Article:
That sounds a lot like Chicago, where in 2014, 99 percent of the illegal gun seizures from criminals were not prosecuted under laws that make it a federal felony for convicted criminals, drug dealers, gang members and violent offenders to even possess firearms. Out of more than 6,000 “illegal guns” seized from Chicago criminals, less than one out of every 100 was prosecuted. 

Yet despite increasing gun crime in Australia, almost no one is talking about letting lawful citizens protect themselves. 

As Despotoski said, “There is almost no self-defense in Australia.” You cannot own a firearm for self-defense in Australia. In fact, self-defense isn’t among the officially sanctioned “genuine reasons” you need to lawfully own a firearm in Australia, and carrying a weapon for self-defense is verboten. 

“We believe that women, older people and the infirm especially should be allowed to carry non-lethal means to defend themselves,” Despotoski said of his Shooters, Fishers and Farmers Party members, as if this were some radical, pie-in-the-sky policy objective that would never be approved. But for now, even carrying pepper spray or mace for self-defense is banned in Australia, except in Western Australia under strict regulations. 

 

The result, as Australia Sen. David Leyonjhelm told NRA’s Ginny Simone, is that “We're a nation of victims.” 

Meanwhile, as violent, armed crime explodes in Melbourne, politicians push ever more laws that put honest, good people in fear of the law. “We're a nation of victims.”
— Australia Sen. David Leyonjhelm

For example, the Australian state of New South Wales, Despotoski said, has laws that can be overzealously applied to seize firearms from people who present no threat to society. “I just have to get caught jaywalking and they can take my guns away,” he said. “Our party members have been falsely accused and acquitted in court—only to spend two years trying to get their guns back.”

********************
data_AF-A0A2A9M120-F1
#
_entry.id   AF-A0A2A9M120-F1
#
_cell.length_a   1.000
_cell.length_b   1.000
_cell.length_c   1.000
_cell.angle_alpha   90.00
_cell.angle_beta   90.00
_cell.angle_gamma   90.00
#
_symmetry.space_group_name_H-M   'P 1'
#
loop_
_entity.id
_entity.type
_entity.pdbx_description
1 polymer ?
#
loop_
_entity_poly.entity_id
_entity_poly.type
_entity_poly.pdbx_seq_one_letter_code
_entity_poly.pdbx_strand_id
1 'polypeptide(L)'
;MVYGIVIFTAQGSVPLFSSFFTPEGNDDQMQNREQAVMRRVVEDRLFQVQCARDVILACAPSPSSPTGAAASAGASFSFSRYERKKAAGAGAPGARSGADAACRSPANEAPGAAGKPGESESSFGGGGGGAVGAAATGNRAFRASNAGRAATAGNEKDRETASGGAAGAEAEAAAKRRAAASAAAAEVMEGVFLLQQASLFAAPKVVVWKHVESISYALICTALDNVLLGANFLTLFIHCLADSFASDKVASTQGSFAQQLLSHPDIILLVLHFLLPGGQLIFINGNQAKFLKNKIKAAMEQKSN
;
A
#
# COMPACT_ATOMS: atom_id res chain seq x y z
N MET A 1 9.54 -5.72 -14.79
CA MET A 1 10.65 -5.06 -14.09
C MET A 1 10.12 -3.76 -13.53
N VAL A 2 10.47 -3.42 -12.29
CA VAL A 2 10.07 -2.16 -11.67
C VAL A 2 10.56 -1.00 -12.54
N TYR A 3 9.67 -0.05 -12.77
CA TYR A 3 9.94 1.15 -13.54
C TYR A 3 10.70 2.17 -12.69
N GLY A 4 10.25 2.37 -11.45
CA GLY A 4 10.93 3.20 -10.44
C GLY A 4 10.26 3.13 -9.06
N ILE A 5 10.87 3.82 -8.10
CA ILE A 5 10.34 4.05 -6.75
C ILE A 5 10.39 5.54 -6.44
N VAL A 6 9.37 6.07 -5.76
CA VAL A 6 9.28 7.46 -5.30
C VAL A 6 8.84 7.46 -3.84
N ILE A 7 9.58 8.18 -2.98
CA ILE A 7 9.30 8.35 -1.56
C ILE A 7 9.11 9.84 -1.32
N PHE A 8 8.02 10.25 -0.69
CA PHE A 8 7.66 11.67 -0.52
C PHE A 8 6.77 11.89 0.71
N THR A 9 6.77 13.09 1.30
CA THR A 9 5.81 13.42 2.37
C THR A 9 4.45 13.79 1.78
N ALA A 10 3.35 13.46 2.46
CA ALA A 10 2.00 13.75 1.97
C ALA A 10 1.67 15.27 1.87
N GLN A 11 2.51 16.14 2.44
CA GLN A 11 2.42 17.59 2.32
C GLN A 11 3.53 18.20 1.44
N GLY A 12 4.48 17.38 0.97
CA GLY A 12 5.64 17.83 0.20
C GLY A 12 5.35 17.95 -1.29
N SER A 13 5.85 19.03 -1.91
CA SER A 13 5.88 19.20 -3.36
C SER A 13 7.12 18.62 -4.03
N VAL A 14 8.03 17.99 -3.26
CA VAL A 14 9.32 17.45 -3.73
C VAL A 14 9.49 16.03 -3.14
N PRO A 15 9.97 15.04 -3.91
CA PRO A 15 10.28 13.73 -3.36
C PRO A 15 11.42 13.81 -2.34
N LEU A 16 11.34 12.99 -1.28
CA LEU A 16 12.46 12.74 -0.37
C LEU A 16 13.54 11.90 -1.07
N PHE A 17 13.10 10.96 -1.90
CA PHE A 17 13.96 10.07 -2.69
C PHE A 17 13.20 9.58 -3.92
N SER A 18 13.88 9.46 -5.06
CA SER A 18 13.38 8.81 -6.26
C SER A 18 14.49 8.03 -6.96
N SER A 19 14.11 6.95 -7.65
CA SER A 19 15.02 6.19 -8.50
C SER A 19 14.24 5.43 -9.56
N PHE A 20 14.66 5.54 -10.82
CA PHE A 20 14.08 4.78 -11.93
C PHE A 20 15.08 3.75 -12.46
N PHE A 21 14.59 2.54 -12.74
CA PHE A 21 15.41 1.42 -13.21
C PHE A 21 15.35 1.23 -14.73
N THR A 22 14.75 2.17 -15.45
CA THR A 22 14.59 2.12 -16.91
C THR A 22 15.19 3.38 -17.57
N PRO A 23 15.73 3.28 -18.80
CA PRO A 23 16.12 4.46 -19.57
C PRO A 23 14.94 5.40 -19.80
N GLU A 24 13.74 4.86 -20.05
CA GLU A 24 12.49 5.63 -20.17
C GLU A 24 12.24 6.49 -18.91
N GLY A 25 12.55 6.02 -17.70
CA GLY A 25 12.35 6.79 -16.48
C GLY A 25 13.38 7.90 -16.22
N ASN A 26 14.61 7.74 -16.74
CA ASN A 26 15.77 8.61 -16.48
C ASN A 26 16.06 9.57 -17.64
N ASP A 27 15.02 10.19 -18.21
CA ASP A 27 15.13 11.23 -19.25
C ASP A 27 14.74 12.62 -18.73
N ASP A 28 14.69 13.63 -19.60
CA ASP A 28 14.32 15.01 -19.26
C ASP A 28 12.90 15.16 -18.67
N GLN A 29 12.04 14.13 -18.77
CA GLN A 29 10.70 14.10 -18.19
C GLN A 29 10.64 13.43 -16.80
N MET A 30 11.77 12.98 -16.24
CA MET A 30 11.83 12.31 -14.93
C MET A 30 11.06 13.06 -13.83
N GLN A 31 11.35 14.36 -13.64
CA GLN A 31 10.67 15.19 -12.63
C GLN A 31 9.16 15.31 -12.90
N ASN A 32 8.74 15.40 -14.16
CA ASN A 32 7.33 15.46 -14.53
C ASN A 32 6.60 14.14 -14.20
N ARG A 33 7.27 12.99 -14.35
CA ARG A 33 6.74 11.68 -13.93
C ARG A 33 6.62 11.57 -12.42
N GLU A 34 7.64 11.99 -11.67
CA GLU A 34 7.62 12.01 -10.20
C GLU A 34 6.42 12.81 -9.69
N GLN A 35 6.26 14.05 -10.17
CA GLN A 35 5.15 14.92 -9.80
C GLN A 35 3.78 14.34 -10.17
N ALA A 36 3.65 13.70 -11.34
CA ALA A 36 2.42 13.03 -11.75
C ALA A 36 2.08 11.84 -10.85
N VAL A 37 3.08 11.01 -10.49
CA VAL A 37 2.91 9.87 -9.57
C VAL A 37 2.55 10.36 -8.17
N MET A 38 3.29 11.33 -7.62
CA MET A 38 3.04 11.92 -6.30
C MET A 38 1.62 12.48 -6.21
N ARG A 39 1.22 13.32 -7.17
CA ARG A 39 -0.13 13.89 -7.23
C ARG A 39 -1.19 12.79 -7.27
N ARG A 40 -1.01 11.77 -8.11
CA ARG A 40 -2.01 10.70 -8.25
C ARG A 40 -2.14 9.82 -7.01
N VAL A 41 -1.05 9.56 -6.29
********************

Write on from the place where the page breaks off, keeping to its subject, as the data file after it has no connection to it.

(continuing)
Part of the problem, Despotoski explained, is that the people who seize firearms from citizens for minor offenses are the same people you have to petition to get your firearms back. 

Right now, Despotoski said, he and others don’t know what, exactly, the government will push by way of new anti-gun laws. 

In Victoria, there’s talk of another “amnesty” to get citizens to hand over firearms that were banned in 1996 but not yet confiscated. There’s also talk of new powers for police, including warrantless searches for prohibited persons and new “prohibition orders.” 

Might Australia seek to ban handguns, as the United Kingdom did? “It very well could happen,” Despotoski said. “If they think they can get away with something, they will.” 

So when Democratic presidential nominee Clinton says the Australian gun ban would be “worth considering on the national level,” remember what that means—and on Nov. 8, vote to save your right to defend yourself and your family.